It Is What It Is
NEED TO KNOW
Follow WEEI.com football writer Christopher Price at twitter.com/cpriceNFL. In addition, get the latest WEEI.com updates at twitter.com/WEEI.
A WEEI.com Patriots Blog
WEEI.com Blog Network

Report: Patriots come to terms on 4-year deal with Malcom Brown

06.19.15 at 12:14 pm ET
By   |   Comments
The Patriots selected Malcom Brown No. 32 overall in the 2015 NFL draft. (Chris Covatta/Getty Images)

The Patriots selected Malcom Brown No. 32 overall in the 2015 NFL draft. (Chris Covatta/Getty Images)

The last unsigned Patriots draft pick has come to terms with the team.

According to a report from NFL Media’s Ian Rapoport on Friday, Malcom Brown has agreed to sign his four-year rookie deal with the Patriots.

As of Friday, Brown was just one of four first round picks remaining unsigned by their respective teams. The others were quarterback Marcus Mariota (Tennessee), OT Ereck Flowers (New York Giants) and safety Damarious Randall (Green Bay).

Brown played in all 13 games as a true freshman at the University of Texas at Austin in 2012, recording 25 tackles. He took over as a starter his sophomore year in 2013, starting all 13 games. He finished the year with 68 tackles and two sacks, and won the team’s Joseph W. Moore Tenacity Award for Defense along with Jackson Jeffcoat.

This past season at Texas, his junior year, Brown remained a starter. He finished the season with 70 tackles, 13 tackles for loss, and 6.5 sacks and was a first-team All-Big 12 selection by The Associated Press and the league’€™s coaches.

He also received consensus All-American honors, and was named a finalist for the Bronko Nagurski Trophy as best defensive player in college football, and the Outland Trophy.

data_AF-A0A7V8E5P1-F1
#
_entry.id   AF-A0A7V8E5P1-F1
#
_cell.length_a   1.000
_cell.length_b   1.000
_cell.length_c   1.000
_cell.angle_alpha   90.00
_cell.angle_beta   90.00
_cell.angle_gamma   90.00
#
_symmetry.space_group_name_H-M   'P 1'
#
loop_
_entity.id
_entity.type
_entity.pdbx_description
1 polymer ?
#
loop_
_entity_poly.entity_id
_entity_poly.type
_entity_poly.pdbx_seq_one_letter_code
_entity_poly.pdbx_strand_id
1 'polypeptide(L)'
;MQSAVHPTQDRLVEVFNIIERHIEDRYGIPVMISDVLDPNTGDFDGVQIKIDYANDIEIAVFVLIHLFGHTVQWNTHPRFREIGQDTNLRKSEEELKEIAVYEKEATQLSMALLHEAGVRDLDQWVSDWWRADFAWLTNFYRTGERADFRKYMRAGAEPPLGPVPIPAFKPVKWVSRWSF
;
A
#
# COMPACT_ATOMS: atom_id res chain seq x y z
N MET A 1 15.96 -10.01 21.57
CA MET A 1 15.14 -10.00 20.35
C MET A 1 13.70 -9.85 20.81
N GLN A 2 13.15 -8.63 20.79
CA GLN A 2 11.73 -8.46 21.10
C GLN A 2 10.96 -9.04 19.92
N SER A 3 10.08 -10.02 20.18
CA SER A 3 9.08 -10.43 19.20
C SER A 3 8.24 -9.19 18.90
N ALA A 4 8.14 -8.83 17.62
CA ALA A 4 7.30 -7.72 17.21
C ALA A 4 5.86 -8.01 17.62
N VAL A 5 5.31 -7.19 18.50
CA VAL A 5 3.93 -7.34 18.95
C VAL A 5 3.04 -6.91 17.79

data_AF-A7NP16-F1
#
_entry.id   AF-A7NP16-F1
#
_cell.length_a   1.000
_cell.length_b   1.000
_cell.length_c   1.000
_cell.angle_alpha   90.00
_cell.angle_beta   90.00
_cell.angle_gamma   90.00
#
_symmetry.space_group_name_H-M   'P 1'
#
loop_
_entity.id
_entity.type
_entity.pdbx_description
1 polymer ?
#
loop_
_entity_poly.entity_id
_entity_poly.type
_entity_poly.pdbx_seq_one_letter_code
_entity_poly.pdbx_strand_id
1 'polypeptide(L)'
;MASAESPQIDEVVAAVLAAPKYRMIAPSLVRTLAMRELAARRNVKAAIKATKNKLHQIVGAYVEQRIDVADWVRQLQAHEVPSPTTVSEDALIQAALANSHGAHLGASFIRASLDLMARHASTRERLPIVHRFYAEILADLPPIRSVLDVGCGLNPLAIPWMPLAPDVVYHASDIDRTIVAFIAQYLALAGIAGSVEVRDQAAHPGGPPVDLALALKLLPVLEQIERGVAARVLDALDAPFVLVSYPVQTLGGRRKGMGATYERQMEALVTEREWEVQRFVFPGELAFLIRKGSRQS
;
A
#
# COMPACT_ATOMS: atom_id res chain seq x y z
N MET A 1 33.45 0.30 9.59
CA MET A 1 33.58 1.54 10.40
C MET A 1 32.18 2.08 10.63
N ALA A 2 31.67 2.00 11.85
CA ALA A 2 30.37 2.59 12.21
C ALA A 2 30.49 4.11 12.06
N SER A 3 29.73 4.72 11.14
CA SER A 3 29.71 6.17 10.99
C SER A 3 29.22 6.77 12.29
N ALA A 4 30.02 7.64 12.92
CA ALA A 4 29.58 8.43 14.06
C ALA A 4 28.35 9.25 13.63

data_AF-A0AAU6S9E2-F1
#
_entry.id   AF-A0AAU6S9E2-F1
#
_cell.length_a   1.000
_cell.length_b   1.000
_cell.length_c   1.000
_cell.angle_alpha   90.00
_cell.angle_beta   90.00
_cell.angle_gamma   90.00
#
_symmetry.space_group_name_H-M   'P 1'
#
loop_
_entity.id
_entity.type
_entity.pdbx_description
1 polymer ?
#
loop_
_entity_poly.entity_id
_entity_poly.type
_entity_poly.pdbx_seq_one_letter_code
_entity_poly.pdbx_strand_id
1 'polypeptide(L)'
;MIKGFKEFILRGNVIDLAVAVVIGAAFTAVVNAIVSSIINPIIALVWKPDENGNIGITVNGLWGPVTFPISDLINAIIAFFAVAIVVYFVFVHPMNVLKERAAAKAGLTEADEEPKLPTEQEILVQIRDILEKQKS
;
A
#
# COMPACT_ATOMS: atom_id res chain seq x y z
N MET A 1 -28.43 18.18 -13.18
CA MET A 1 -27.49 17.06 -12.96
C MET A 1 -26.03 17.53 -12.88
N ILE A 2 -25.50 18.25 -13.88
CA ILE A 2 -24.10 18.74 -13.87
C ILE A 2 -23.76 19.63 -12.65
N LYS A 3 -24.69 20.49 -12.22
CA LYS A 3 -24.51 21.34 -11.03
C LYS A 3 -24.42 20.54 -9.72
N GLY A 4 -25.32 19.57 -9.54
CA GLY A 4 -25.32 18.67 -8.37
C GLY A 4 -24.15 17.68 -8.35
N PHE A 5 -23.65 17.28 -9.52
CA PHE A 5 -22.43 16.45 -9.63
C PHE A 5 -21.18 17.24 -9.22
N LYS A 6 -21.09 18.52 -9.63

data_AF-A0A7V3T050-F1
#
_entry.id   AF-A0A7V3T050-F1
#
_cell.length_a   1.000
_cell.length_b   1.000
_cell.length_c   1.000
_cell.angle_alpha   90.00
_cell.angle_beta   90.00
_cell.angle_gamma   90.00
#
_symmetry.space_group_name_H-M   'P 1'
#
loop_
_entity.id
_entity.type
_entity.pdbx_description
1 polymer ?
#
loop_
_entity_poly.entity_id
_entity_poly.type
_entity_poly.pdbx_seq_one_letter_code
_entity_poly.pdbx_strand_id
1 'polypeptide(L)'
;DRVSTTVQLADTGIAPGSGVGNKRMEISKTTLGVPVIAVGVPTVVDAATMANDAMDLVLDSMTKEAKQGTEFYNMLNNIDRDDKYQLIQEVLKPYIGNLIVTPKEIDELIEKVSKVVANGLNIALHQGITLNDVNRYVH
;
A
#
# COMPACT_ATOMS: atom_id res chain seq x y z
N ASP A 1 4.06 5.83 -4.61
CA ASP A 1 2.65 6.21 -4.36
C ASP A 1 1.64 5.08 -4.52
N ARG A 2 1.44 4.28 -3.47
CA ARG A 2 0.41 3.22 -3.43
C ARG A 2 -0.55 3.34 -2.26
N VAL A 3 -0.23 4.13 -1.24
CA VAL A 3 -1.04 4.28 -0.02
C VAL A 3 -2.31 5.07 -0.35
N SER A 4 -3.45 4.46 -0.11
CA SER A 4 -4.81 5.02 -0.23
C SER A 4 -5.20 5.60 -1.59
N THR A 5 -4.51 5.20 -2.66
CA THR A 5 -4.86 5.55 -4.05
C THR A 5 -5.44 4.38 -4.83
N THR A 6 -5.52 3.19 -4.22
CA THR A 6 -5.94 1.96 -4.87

Brown finished the year as the Longhorns’ season leader in tackles for loss, sacks, and forced fumbles.

After his junior season, Brown declared himself eligible for the NFL Draft and was taken with the 32nd and final pick in the first round by the Patriots.

Read More: Malcom Brown, New England Patriots, Texas Longhorns,

Patriots release rookie TE Logan Stokes

06.18.15 at 5:20 pm ET
By   |   Comments

The Patriots announced Thursday they released rookie tight end Logan Stokes.

Stokes, 22, was signed by the Patriots as a rookie free agent from Louisiana State on June 11. He began his college career at Northeast Mississippi Community College for two seasons (2011-12) before transferring to LSU for the 2013 and 2014 seasons. The 6-foot-5, 255-pounder, was utilized mainly as a blocking tight end during his time at LSU. He played in 13 games last season and caught his only reception on a three-yard touchdown pass in LSU’€™s 10-7 win over Ole Miss.

Read More: Logan Stokes,

What moving Jake Bequette to tight end reveals about the true ‘Patriot Way’

06.18.15 at 11:39 am ET
By   |   Comments
Jake Bequette (66) plays defensive end in a 2012 preseason game against the Eagles at Gillette Stadium. (Jim Rogash/Getty Images)

Jake Bequette (66) plays defensive end in a 2012 preseason game against the Eagles at Gillette Stadium. (Jim Rogash/Getty Images)

FOXBORO — In many ways, Jake Bequette symbolizes and embodies the “Patriot Way.”

Bequette was selected in the third round of the 2012 draft by the Patriots to provide some quality depth and versatility at defensive end, a position he mastered at Arkansas.